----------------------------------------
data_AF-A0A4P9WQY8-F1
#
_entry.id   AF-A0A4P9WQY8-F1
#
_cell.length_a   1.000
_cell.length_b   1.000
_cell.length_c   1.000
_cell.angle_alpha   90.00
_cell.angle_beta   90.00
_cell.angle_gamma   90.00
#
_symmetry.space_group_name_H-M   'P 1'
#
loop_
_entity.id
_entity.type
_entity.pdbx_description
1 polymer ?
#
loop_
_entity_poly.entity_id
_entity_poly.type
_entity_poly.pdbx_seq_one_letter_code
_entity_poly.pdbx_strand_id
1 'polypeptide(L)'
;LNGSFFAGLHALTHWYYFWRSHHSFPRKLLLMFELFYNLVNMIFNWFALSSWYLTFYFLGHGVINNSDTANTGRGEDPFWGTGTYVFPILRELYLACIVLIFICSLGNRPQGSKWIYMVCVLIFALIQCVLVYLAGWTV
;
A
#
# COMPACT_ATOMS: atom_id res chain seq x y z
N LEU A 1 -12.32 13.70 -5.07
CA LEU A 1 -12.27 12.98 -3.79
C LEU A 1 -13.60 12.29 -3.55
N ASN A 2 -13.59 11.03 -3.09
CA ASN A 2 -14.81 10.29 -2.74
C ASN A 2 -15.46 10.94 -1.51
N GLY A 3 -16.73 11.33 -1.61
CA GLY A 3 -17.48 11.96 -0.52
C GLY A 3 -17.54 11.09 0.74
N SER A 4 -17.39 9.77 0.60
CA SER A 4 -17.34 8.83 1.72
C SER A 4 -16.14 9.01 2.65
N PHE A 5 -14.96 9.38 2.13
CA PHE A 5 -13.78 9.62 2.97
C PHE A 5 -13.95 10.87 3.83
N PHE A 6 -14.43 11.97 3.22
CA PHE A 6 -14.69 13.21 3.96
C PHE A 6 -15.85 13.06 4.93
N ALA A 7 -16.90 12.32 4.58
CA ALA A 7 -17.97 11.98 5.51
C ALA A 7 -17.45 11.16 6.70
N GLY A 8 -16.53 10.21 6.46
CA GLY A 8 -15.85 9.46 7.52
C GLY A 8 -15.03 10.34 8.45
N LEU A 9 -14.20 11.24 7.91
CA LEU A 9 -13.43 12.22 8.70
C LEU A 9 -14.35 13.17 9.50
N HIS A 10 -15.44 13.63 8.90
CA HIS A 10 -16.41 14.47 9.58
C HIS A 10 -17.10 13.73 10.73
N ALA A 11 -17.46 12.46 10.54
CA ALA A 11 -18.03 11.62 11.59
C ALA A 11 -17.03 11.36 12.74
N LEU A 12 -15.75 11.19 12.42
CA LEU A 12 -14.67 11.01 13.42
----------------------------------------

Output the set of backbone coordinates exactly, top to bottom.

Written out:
data_AF-A0A4P9WQY8-F1
#
_entry.id   AF-A0A4P9WQY8-F1
#
_cell.length_a   1.000
_cell.length_b   1.000
_cell.length_c   1.000
_cell.angle_alpha   90.00
_cell.angle_beta   90.00
_cell.angle_gamma   90.00
#
_symmetry.space_group_name_H-M   'P 1'
#
loop_
_entity.id
_entity.type
_entity.pdbx_description
1 polymer ?
#
loop_
_entity_poly.entity_id
_entity_poly.type
_entity_poly.pdbx_seq_one_letter_code
_entity_poly.pdbx_strand_id
1 'polypeptide(L)'
;LNGSFFAGLHALTHWYYFWRSHHSFPRKLLLMFELFYNLVNMIFNWFALSSWYLTFYFLGHGVINNSDTANTGRGEDPFWGTGTYVFPILRELYLACIVLIFICSLGNRPQGSKWIYMVCVLIFALIQCVLVYLAGWTV
;
A
#
# COMPACT_ATOMS: atom_id res chain seq x y z
N LEU A 1 -12.32 13.70 -5.07
CA LEU A 1 -12.27 12.98 -3.79
C LEU A 1 -13.60 12.29 -3.55
N ASN A 2 -13.59 11.03 -3.09
CA ASN A 2 -14.81 10.29 -2.74
C ASN A 2 -15.46 10.94 -1.51
N GLY A 3 -16.73 11.33 -1.61
CA GLY A 3 -17.48 11.96 -0.52
C GLY A 3 -17.54 11.09 0.74
N SER A 4 -17.39 9.77 0.60
CA SER A 4 -17.34 8.83 1.72
C SER A 4 -16.14 9.01 2.65
N PHE A 5 -14.96 9.38 2.13
CA PHE A 5 -13.78 9.62 2.97
C PHE A 5 -13.95 10.87 3.83
N PHE A 6 -14.43 11.97 3.22
CA PHE A 6 -14.69 13.21 3.96
C PHE A 6 -15.85 13.06 4.93
N ALA A 7 -16.90 12.32 4.58
CA ALA A 7 -17.97 11.98 5.51
C ALA A 7 -17.45 11.16 6.70
N GLY A 8 -16.53 10.21 6.46
CA GLY A 8 -15.85 9.46 7.52
C GLY A 8 -15.03 10.34 8.45
N LEU A 9 -14.20 11.24 7.91
CA LEU A 9 -13.43 12.22 8.70
C LEU A 9 -14.35 13.17 9.50
N HIS A 10 -15.44 13.63 8.90
CA HIS A 10 -16.41 14.47 9.58
C HIS A 10 -17.10 13.73 10.73
N ALA A 11 -17.46 12.46 10.54
CA ALA A 11 -18.03 11.62 11.59
C ALA A 11 -17.03 11.36 12.74
N LEU A 12 -15.75 11.19 12.42
CA LEU A 12 -14.67 11.01 13.42